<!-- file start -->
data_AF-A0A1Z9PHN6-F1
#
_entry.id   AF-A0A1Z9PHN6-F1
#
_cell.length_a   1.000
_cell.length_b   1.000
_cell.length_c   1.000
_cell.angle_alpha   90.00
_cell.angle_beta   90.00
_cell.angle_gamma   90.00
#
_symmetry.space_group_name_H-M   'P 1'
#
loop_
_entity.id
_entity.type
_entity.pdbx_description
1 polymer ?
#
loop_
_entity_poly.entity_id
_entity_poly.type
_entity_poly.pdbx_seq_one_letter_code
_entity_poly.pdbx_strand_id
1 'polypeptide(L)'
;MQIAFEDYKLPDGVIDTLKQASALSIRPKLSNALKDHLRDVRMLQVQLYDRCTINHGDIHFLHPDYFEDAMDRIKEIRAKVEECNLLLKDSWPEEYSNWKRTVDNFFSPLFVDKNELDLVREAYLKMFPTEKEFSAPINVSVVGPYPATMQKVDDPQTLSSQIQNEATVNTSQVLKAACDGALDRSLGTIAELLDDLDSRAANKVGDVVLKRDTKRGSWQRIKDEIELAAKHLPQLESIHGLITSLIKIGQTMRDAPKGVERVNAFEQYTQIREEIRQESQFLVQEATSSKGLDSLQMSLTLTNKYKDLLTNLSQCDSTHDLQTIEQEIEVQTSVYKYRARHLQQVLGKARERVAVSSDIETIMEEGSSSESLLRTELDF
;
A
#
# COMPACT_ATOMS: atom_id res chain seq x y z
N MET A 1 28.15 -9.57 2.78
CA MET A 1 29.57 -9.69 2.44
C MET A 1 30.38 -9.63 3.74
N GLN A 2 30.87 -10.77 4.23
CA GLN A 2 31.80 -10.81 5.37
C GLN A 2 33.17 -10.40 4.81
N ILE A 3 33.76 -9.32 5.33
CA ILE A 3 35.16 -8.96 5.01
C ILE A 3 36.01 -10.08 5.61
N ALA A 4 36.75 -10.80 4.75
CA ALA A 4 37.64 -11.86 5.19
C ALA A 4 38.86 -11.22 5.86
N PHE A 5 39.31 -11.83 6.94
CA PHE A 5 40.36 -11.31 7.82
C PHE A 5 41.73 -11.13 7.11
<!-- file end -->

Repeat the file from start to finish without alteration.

data_AF-A0A1Z9PHN6-F1
#
_entry.id   AF-A0A1Z9PHN6-F1
#
_cell.length_a   1.000
_cell.length_b   1.000
_cell.length_c   1.000
_cell.angle_alpha   90.00
_cell.angle_beta   90.00
_cell.angle_gamma   90.00
#
_symmetry.space_group_name_H-M   'P 1'
#
loop_
_entity.id
_entity.type
_entity.pdbx_description
1 polymer ?
#
loop_
_entity_poly.entity_id
_entity_poly.type
_entity_poly.pdbx_seq_one_letter_code
_entity_poly.pdbx_strand_id
1 'polypeptide(L)'
;MQIAFEDYKLPDGVIDTLKQASALSIRPKLSNALKDHLRDVRMLQVQLYDRCTINHGDIHFLHPDYFEDAMDRIKEIRAKVEECNLLLKDSWPEEYSNWKRTVDNFFSPLFVDKNELDLVREAYLKMFPTEKEFSAPINVSVVGPYPATMQKVDDPQTLSSQIQNEATVNTSQVLKAACDGALDRSLGTIAELLDDLDSRAANKVGDVVLKRDTKRGSWQRIKDEIELAAKHLPQLESIHGLITSLIKIGQTMRDAPKGVERVNAFEQYTQIREEIRQESQFLVQEATSSKGLDSLQMSLTLTNKYKDLLTNLSQCDSTHDLQTIEQEIEVQTSVYKYRARHLQQVLGKARERVAVSSDIETIMEEGSSSESLLRTELDF
;
A
#
# COMPACT_ATOMS: atom_id res chain seq x y z
N MET A 1 28.15 -9.57 2.78
CA MET A 1 29.57 -9.69 2.44
C MET A 1 30.38 -9.63 3.74
N GLN A 2 30.87 -10.77 4.23
CA GLN A 2 31.80 -10.81 5.37
C GLN A 2 33.17 -10.40 4.81
N ILE A 3 33.76 -9.32 5.33
CA ILE A 3 35.16 -8.96 5.01
C ILE A 3 36.01 -10.08 5.61
N ALA A 4 36.75 -10.80 4.75
CA ALA A 4 37.64 -11.86 5.19
C ALA A 4 38.86 -11.22 5.86
N PHE A 5 39.31 -11.83 6.94
CA PHE A 5 40.36 -11.31 7.82
C PHE A 5 41.73 -11.13 7.11